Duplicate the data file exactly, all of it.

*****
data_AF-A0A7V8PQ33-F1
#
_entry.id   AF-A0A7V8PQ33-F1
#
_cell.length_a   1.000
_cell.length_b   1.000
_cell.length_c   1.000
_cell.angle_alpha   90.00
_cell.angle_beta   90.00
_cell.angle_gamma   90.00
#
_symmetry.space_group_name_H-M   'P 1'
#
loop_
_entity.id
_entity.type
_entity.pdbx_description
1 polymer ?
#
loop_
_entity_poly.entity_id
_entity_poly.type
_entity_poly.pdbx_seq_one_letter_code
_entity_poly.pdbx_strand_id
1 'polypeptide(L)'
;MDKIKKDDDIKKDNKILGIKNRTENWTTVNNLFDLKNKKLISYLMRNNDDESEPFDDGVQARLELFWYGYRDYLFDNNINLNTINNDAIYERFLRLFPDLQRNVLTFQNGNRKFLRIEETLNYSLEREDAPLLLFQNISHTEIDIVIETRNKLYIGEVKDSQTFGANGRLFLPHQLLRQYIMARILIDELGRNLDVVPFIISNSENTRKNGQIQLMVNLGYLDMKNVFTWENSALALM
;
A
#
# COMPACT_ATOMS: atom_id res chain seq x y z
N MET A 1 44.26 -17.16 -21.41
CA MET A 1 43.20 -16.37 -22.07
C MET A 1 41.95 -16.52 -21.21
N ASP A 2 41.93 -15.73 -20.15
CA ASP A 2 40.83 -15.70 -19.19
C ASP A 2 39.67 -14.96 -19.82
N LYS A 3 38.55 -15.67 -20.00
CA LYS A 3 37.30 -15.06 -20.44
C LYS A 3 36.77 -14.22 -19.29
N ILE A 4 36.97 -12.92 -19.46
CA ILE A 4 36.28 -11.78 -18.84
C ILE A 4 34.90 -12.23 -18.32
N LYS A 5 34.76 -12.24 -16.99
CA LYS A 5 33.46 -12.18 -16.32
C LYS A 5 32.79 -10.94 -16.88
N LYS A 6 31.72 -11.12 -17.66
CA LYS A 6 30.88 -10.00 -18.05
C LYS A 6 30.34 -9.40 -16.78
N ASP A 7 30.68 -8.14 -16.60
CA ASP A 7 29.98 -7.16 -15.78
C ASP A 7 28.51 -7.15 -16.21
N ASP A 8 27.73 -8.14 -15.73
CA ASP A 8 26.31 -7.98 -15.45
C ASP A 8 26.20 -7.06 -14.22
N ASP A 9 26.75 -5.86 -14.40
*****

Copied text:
data_AF-A0A7V8PQ33-F1
#
_entry.id   AF-A0A7V8PQ33-F1
#
_cell.length_a   1.000
_cell.length_b   1.000
_cell.length_c   1.000
_cell.angle_alpha   90.00
_cell.angle_beta   90.00
_cell.angle_gamma   90.00
#
_symmetry.space_group_name_H-M   'P 1'
#
loop_
_entity.id
_entity.type
_entity.pdbx_description
1 polymer ?
#
loop_
_entity_poly.entity_id
_entity_poly.type
_entity_poly.pdbx_seq_one_letter_code
_entity_poly.pdbx_strand_id
1 'polypeptide(L)'
;MDKIKKDDDIKKDNKILGIKNRTENWTTVNNLFDLKNKKLISYLMRNNDDESEPFDDGVQARLELFWYGYRDYLFDNNINLNTINNDAIYERFLRLFPDLQRNVLTFQNGNRKFLRIEETLNYSLEREDAPLLLFQNISHTEIDIVIETRNKLYIGEVKDSQTFGANGRLFLPHQLLRQYIMARILIDELGRNLDVVPFIISNSENTRKNGQIQLMVNLGYLDMKNVFTWENSALALM
;
A
#
# COMPACT_ATOMS: atom_id res chain seq x y z
N MET A 1 44.26 -17.16 -21.41
CA MET A 1 43.20 -16.37 -22.07
C MET A 1 41.95 -16.52 -21.21
N ASP A 2 41.93 -15.73 -20.15
CA ASP A 2 40.83 -15.70 -19.19
C ASP A 2 39.67 -14.96 -19.82
N LYS A 3 38.55 -15.67 -20.00
CA LYS A 3 37.30 -15.06 -20.44
C LYS A 3 36.77 -14.22 -19.29
N ILE A 4 36.97 -12.92 -19.46
CA ILE A 4 36.28 -11.78 -18.84
C ILE A 4 34.90 -12.23 -18.32
N LYS A 5 34.76 -12.24 -16.99
CA LYS A 5 33.46 -12.18 -16.32
C LYS A 5 32.79 -10.94 -16.88
N LYS A 6 31.72 -11.12 -17.66
CA LYS A 6 30.88 -10.00 -18.05
C LYS A 6 30.34 -9.40 -16.78
N ASP A 7 30.68 -8.14 -16.60
CA ASP A 7 29.98 -7.16 -15.78
C ASP A 7 28.51 -7.15 -16.21
N ASP A 8 27.73 -8.14 -15.73
CA ASP A 8 26.31 -7.98 -15.45
C ASP A 8 26.20 -7.06 -14.22
N ASP A 9 26.75 -5.86 -14.40